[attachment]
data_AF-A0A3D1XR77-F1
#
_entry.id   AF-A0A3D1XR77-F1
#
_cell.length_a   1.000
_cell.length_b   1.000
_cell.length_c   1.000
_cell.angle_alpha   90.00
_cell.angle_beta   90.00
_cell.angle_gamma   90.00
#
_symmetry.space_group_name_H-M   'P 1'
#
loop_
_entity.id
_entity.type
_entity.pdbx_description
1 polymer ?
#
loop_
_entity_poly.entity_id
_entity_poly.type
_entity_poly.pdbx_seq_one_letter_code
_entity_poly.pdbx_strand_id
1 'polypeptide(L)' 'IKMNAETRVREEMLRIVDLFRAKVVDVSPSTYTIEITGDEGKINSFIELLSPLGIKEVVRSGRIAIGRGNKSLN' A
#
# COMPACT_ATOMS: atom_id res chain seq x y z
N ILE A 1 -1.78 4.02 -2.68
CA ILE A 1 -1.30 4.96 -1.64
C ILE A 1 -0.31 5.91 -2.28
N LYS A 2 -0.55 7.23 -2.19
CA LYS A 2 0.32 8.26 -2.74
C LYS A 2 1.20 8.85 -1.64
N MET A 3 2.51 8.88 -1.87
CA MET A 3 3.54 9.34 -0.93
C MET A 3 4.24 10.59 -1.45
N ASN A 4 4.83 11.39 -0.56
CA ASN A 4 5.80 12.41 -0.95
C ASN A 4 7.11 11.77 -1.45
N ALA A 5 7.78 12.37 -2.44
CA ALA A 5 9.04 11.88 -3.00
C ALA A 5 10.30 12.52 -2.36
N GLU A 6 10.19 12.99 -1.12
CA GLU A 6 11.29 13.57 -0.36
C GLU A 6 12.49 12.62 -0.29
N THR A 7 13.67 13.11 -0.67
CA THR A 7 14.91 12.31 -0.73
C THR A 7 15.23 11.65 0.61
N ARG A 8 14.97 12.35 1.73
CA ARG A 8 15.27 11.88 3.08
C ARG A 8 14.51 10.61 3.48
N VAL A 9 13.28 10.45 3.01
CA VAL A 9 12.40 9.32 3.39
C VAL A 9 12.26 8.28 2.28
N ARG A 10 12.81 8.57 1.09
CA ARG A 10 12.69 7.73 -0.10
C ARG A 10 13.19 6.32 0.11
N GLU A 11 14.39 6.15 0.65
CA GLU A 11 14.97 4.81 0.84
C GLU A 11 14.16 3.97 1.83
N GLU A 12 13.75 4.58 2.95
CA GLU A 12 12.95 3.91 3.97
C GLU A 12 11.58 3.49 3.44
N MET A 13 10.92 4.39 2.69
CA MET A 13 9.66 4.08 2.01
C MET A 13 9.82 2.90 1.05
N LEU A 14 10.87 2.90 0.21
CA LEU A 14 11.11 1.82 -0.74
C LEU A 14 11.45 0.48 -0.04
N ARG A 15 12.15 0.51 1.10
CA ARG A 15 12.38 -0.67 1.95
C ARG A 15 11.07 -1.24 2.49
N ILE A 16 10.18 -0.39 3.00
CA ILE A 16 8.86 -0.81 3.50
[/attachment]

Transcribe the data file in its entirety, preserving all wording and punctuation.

data_AF-A0A3D1XR77-F1
#
_entry.id   AF-A0A3D1XR77-F1
#
_cell.length_a   1.000
_cell.length_b   1.000
_cell.length_c   1.000
_cell.angle_alpha   90.00
_cell.angle_beta   90.00
_cell.angle_gamma   90.00
#
_symmetry.space_group_name_H-M   'P 1'
#
loop_
_entity.id
_entity.type
_entity.pdbx_description
1 polymer ?
#
loop_
_entity_poly.entity_id
_entity_poly.type
_entity_poly.pdbx_seq_one_letter_code
_entity_poly.pdbx_strand_id
1 'polypeptide(L)' 'IKMNAETRVREEMLRIVDLFRAKVVDVSPSTYTIEITGDEGKINSFIELLSPLGIKEVVRSGRIAIGRGNKSLN' A
#
# COMPACT_ATOMS: atom_id res chain seq x y z
N ILE A 1 -1.78 4.02 -2.68
CA ILE A 1 -1.30 4.96 -1.64
C ILE A 1 -0.31 5.91 -2.28
N LYS A 2 -0.55 7.23 -2.19
CA LYS A 2 0.32 8.26 -2.74
C LYS A 2 1.20 8.85 -1.64
N MET A 3 2.51 8.88 -1.87
CA MET A 3 3.54 9.34 -0.93
C MET A 3 4.24 10.59 -1.45
N ASN A 4 4.83 11.39 -0.56
CA ASN A 4 5.80 12.41 -0.95
C ASN A 4 7.11 11.77 -1.45
N ALA A 5 7.78 12.37 -2.44
CA ALA A 5 9.04 11.88 -3.00
C ALA A 5 10.30 12.52 -2.36
N GLU A 6 10.19 12.99 -1.12
CA GLU A 6 11.29 13.57 -0.36
C GLU A 6 12.49 12.62 -0.29
N THR A 7 13.67 13.11 -0.67
CA THR A 7 14.91 12.31 -0.73
C THR A 7 15.23 11.65 0.61
N ARG A 8 14.97 12.35 1.73
CA ARG A 8 15.27 11.88 3.08
C ARG A 8 14.51 10.61 3.48
N VAL A 9 13.28 10.45 3.01
CA VAL A 9 12.40 9.32 3.39
C VAL A 9 12.26 8.28 2.28
N ARG A 10 12.81 8.57 1.09
CA ARG A 10 12.69 7.73 -0.10
C ARG A 10 13.19 6.32 0.11
N GLU A 11 14.39 6.15 0.65
CA GLU A 11 14.97 4.81 0.84
C GLU A 11 14.16 3.97 1.83
N GLU A 12 13.75 4.58 2.95
CA GLU A 12 12.95 3.91 3.97
C GLU A 12 11.58 3.49 3.44
N MET A 13 10.92 4.39 2.69
CA MET A 13 9.66 4.08 2.01
C MET A 13 9.82 2.90 1.05
N LEU A 14 10.87 2.90 0.21
CA LEU A 14 11.11 1.82 -0.74
C LEU A 14 11.45 0.48 -0.04
N ARG A 15 12.15 0.51 1.10
CA ARG A 15 12.38 -0.67 1.95
C ARG A 15 11.07 -1.24 2.49
N ILE A 16 10.18 -0.39 3.00
CA ILE A 16 8.86 -0.81 3.50